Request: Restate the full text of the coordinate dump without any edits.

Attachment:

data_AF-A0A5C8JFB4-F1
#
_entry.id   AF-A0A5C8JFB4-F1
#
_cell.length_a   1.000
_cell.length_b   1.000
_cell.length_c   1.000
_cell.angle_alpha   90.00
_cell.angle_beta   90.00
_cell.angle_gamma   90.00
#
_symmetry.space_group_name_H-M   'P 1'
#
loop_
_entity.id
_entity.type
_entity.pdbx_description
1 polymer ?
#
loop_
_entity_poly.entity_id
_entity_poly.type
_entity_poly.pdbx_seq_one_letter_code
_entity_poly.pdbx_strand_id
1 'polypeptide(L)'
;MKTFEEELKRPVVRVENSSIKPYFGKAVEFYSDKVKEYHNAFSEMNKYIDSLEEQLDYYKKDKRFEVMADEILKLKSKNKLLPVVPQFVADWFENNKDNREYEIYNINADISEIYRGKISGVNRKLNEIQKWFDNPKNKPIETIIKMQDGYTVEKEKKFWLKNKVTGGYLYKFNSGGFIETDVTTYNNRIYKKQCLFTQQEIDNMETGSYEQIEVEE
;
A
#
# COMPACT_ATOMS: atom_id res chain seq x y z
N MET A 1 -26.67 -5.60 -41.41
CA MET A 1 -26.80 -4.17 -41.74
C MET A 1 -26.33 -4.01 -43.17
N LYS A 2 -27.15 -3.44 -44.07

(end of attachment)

data_AF-A0A5C8JFB4-F1
#
_entry.id   AF-A0A5C8JFB4-F1
#
_cell.length_a   1.000
_cell.length_b   1.000
_cell.length_c   1.000
_cell.angle_alpha   90.00
_cell.angle_beta   90.00
_cell.angle_gamma   90.00
#
_symmetry.space_group_name_H-M   'P 1'
#
loop_
_entity.id
_entity.type
_entity.pdbx_description
1 polymer ?
#
loop_
_entity_poly.entity_id
_entity_poly.type
_entity_poly.pdbx_seq_one_letter_code
_entity_poly.pdbx_strand_id
1 'polypeptide(L)'
;MKTFEEELKRPVVRVENSSIKPYFGKAVEFYSDKVKEYHNAFSEMNKYIDSLEEQLDYYKKDKRFEVMADEILKLKSKNKLLPVVPQFVADWFENNKDNREYEIYNINADISEIYRGKISGVNRKLNEIQKWFDNPKNKPIETIIKMQDGYTVEKEKKFWLKNKVTGGYLYKFNSGGFIETDVTTYNNRIYKKQCLFTQQEIDNMETGSYEQIEVEE
;
A
#
# COMPACT_ATOMS: atom_id res chain seq x y z
N MET A 1 -26.67 -5.60 -41.41
CA MET A 1 -26.80 -4.17 -41.74
C MET A 1 -26.33 -4.01 -43.17
N LYS A 2 -27.15 -3.44 -44.07